Sore throats develop when Wind attacks the nose and throat. Wind brings a stuffy sense (the Wind blocking the orifices), an itchy, tingling feeling (the Wind moving in the confines of the nose and throat), and a sense of dizziness, distance, confusion--'spaciness' (Wind's blowing destabilizing the sense organs). But in addition, Wind carries other Pathogens, classed as relatively Hot or relatively Cold.

Many substances drive out a PART of the Pathogens present, leaving behind a trace of the others. Thus, Wind-relieving herbals, whether Hot or Cold, will resolve the symptoms of a cold--for a while. Pseudoephedrine is an extreme example of such an 'herbal,' and it is very Hot. It can be, and is, commonly used for Hot colds, which it relieves (though there is risk of bleeding due to Fire), but it leaves behind a brewing Heat that can easily make sinus conditions chronic, and which can damage the Lungs. In the same way, but to less of a degree, garlic, which is Warm and Pungent, can leave behind Heat while Pungently driving off the Wind.

That is the traditional counter to the folk medicine approach of the panacea. Yin/Yang theory suggests that NOTHING is good for everyone.

--Paul || p_iannone.pop.com


From: Alethea Raspa <alethea.COUGAR.MULTILINE.COM.AU>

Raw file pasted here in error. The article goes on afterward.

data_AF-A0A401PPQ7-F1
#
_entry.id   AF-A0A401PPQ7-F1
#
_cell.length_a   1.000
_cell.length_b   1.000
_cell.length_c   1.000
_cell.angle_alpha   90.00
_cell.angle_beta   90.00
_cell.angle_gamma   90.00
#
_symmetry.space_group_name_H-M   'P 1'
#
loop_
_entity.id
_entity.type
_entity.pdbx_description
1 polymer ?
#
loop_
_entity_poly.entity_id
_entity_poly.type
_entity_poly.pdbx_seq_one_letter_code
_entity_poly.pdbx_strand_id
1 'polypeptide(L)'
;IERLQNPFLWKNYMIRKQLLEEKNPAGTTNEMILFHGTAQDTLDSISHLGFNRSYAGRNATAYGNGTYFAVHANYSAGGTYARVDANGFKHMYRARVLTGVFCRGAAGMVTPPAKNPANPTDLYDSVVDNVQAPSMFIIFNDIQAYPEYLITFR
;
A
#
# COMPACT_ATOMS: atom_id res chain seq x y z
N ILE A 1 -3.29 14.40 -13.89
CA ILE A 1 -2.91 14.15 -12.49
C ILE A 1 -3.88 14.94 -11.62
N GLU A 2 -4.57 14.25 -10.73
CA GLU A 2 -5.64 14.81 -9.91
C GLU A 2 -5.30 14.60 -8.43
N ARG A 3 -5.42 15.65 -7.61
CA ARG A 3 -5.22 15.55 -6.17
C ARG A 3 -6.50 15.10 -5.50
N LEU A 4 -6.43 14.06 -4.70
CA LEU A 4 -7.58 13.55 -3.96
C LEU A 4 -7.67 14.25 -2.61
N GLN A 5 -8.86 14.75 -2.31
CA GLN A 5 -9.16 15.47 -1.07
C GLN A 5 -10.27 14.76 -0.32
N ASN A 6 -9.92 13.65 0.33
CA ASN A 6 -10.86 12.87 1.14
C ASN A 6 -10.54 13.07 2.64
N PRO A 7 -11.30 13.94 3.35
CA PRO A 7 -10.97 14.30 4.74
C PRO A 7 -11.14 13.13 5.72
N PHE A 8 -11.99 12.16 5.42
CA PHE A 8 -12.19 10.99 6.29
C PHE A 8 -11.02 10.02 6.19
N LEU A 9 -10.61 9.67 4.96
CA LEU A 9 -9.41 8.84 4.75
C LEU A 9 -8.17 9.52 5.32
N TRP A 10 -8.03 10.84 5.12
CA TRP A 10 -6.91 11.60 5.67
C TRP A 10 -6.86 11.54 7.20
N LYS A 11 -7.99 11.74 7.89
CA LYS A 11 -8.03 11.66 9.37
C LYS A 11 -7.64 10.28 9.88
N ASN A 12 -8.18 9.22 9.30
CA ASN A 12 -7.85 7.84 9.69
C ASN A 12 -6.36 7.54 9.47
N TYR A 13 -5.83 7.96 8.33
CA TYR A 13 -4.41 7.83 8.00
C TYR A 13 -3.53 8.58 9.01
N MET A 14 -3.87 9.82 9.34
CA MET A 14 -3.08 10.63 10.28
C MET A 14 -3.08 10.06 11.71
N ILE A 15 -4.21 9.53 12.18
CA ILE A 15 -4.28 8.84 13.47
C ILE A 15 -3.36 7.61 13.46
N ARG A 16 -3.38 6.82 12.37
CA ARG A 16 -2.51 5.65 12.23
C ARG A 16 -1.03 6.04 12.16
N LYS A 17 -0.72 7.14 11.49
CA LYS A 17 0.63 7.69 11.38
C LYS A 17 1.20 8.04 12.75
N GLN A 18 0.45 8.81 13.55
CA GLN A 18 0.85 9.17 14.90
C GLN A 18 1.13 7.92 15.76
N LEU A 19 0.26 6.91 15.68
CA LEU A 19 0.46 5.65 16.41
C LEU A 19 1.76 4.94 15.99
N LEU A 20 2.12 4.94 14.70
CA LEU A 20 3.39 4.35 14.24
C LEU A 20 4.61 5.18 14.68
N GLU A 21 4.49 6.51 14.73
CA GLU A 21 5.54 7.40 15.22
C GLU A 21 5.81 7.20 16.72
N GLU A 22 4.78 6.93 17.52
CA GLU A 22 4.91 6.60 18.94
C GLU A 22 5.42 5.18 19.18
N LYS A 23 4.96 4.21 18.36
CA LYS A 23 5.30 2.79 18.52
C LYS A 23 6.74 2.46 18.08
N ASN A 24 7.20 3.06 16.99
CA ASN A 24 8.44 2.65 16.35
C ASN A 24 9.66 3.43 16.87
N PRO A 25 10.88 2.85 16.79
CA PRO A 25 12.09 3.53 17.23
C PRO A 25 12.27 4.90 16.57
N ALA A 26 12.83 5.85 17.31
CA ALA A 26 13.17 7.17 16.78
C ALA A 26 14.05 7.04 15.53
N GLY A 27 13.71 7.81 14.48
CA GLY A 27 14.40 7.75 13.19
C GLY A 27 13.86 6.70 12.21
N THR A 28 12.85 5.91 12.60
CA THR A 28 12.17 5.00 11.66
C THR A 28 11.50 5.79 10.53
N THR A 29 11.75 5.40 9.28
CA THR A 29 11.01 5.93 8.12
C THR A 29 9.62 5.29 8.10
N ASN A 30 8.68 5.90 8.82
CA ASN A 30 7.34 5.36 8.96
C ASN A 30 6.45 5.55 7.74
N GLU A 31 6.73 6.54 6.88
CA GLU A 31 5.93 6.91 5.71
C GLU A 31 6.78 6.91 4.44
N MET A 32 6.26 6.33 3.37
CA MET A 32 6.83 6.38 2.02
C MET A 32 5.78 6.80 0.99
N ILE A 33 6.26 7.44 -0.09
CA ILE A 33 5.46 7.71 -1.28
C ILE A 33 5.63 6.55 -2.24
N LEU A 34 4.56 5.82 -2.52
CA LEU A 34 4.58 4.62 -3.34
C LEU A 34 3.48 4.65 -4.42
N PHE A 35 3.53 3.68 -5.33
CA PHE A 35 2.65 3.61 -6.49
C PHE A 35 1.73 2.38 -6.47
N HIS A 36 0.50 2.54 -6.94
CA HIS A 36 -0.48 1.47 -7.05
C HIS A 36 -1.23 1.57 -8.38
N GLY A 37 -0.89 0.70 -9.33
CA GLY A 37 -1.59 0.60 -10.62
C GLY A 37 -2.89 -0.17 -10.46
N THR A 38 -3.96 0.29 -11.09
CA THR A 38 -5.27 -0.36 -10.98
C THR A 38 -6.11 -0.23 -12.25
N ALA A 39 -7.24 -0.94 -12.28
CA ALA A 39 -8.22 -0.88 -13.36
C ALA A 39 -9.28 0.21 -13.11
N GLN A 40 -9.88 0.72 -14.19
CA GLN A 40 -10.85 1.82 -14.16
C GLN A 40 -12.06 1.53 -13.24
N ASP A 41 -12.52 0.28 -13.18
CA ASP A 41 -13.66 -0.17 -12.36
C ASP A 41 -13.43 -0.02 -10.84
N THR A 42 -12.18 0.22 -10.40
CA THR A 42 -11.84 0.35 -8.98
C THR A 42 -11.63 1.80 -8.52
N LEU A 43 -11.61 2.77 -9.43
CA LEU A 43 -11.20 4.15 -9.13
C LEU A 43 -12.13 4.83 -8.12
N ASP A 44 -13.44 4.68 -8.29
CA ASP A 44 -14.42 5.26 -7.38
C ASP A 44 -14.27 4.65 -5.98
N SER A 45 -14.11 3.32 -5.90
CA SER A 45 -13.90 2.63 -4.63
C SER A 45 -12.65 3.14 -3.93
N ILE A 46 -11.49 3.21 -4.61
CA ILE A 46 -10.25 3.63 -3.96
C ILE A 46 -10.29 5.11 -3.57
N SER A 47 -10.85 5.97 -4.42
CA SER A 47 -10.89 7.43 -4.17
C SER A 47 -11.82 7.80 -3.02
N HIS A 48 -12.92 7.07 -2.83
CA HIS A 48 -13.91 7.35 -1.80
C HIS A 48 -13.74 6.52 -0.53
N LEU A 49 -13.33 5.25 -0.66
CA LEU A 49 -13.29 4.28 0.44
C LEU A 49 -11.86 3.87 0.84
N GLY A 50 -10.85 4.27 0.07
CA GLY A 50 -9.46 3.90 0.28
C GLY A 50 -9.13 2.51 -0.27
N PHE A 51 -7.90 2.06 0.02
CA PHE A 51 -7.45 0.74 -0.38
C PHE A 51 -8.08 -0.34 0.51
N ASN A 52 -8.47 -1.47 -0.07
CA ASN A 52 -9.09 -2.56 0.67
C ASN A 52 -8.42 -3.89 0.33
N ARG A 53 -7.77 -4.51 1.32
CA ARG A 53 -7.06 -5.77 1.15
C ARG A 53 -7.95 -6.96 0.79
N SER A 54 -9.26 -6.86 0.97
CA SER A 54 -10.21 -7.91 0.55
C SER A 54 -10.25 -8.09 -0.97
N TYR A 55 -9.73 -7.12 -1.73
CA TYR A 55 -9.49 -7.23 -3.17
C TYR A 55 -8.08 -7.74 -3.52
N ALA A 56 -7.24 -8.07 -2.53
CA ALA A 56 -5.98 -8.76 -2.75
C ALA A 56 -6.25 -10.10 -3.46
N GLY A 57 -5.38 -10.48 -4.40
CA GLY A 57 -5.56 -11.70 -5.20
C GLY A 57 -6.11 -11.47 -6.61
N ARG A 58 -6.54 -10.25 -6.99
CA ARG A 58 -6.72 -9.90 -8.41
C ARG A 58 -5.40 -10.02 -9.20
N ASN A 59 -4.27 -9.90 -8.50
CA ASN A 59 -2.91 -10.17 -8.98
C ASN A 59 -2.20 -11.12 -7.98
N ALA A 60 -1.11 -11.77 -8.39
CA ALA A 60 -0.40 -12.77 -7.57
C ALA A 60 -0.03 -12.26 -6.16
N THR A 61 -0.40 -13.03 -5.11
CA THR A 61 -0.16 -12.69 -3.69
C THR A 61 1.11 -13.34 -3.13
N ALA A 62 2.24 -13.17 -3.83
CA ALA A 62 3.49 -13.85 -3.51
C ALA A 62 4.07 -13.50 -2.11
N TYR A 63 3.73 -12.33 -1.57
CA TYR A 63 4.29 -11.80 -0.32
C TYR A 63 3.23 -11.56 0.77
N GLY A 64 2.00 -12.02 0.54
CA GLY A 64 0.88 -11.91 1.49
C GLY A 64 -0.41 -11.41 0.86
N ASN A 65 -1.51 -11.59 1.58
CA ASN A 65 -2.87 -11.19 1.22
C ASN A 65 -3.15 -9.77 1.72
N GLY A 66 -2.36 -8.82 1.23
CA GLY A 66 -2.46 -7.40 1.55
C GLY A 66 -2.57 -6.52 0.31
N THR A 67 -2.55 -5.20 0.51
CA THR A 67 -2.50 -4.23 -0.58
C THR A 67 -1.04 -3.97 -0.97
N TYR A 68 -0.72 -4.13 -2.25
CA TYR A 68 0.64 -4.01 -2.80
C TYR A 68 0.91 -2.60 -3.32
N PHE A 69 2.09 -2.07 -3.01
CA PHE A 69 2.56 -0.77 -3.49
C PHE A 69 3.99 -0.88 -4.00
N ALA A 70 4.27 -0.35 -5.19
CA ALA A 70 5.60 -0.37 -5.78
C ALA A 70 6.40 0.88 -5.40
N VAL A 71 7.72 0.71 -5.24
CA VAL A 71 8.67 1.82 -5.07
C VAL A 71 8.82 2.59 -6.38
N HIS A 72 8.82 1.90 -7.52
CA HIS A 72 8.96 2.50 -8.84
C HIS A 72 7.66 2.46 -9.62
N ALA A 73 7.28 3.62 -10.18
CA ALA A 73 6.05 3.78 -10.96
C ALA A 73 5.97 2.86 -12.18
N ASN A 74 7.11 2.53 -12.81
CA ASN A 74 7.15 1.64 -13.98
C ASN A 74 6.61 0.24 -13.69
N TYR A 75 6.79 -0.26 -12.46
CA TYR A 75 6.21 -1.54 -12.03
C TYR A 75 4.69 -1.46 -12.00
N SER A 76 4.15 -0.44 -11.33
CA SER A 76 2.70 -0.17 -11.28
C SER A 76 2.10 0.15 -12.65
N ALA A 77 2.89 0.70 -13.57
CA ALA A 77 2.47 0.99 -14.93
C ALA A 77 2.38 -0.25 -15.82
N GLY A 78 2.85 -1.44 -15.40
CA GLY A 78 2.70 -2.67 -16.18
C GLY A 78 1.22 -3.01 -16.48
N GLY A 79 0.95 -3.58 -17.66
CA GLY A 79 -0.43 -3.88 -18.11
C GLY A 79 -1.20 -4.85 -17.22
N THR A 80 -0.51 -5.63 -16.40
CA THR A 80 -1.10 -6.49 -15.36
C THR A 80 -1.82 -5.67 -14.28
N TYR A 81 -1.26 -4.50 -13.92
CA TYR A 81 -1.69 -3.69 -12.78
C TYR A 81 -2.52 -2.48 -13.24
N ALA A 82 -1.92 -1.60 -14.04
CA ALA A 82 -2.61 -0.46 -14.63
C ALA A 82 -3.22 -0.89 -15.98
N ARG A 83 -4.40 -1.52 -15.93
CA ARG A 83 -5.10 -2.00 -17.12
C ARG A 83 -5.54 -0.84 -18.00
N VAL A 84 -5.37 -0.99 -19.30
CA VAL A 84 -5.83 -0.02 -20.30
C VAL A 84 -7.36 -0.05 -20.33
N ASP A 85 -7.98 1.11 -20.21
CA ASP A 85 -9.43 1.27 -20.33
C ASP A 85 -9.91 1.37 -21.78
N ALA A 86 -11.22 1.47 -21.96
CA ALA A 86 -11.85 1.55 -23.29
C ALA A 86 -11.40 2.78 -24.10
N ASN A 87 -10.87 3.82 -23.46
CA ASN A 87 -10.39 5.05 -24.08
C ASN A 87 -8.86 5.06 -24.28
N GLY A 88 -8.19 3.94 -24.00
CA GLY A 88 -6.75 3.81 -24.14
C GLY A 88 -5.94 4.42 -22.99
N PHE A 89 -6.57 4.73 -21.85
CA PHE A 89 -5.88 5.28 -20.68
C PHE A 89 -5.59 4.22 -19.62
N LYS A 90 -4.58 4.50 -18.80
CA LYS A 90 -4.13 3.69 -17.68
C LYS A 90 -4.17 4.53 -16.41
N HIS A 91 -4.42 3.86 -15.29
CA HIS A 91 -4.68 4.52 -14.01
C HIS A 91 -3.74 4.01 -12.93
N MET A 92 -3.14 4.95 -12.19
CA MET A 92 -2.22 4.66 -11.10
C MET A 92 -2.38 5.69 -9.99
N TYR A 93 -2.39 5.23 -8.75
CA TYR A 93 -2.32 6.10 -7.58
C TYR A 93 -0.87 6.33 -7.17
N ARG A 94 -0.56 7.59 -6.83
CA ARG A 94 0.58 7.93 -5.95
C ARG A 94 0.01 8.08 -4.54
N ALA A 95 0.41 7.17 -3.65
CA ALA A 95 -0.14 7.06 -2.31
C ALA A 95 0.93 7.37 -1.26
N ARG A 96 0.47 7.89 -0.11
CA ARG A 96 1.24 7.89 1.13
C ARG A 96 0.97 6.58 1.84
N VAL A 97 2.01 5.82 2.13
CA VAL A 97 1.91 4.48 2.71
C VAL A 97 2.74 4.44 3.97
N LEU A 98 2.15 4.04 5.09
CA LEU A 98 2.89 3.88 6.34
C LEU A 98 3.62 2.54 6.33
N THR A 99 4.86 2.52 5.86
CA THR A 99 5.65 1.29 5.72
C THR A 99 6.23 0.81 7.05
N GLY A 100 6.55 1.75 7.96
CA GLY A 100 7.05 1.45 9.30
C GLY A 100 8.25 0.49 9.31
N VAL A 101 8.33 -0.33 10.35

> I use a garlic elixer I make with garlic, rose hips, juniper and parsley.

Hi,
I would be interested in your garlic elixer. I have something similar I make with a dozen cloves of garlic, two carrots and 500ml live yoghurt which seems to work well, but does have an afterburn (no kissing until the other half has had some too ;-) ). If the version with parsely has no 'afterburn' I would be interested.


From: Anita F Hales <JSAFH.ACA.ALASKA.EDU>
Subject: Garlic elixer

For those who have asked for it, here's the recipe for Garlic elixer. I must give credit to Ella Birzneck of Dominion Herbal college.

Peel and finely chop 1 cup fresh garlic, chop up 12 whole rose hips, place in 2 qt jar with a lid. Add 12 whole juniper berries or powdered equivalent, 6 whole cloves and 1 quart gin and 1/2 cup unpasteurized honey. Screw on the lid tightly and place in the sun for 3 hours (if possible shine ultra-violet light on it for 30 min). Shake jar and place in cool dark place for 7 days. Do not open jar in this time.

On the 7th day, extract 2 Tbsp fresh parsley juice and add to elixer. Shake and let sit for one more day. Strain through filter paper and bottle and cork. Label and it's ready.

Dose is 1 tsp in 1 oz cold water 3 times daily before meals. Dose can be slightly increased or decreased as case indicates.

It can also be made without alcohol using 2 cups honey, 2 cups water, boil and add ingredients. Cool and follow above instructions. This one must be refrigerated and will not keep as well.

This is recommended by Mrs. Birzneck for rheumatism and arthritis while on a cleansing routine as well as colds and flu. You may find that this is not as drying as fresh garlic.

Hope this will help.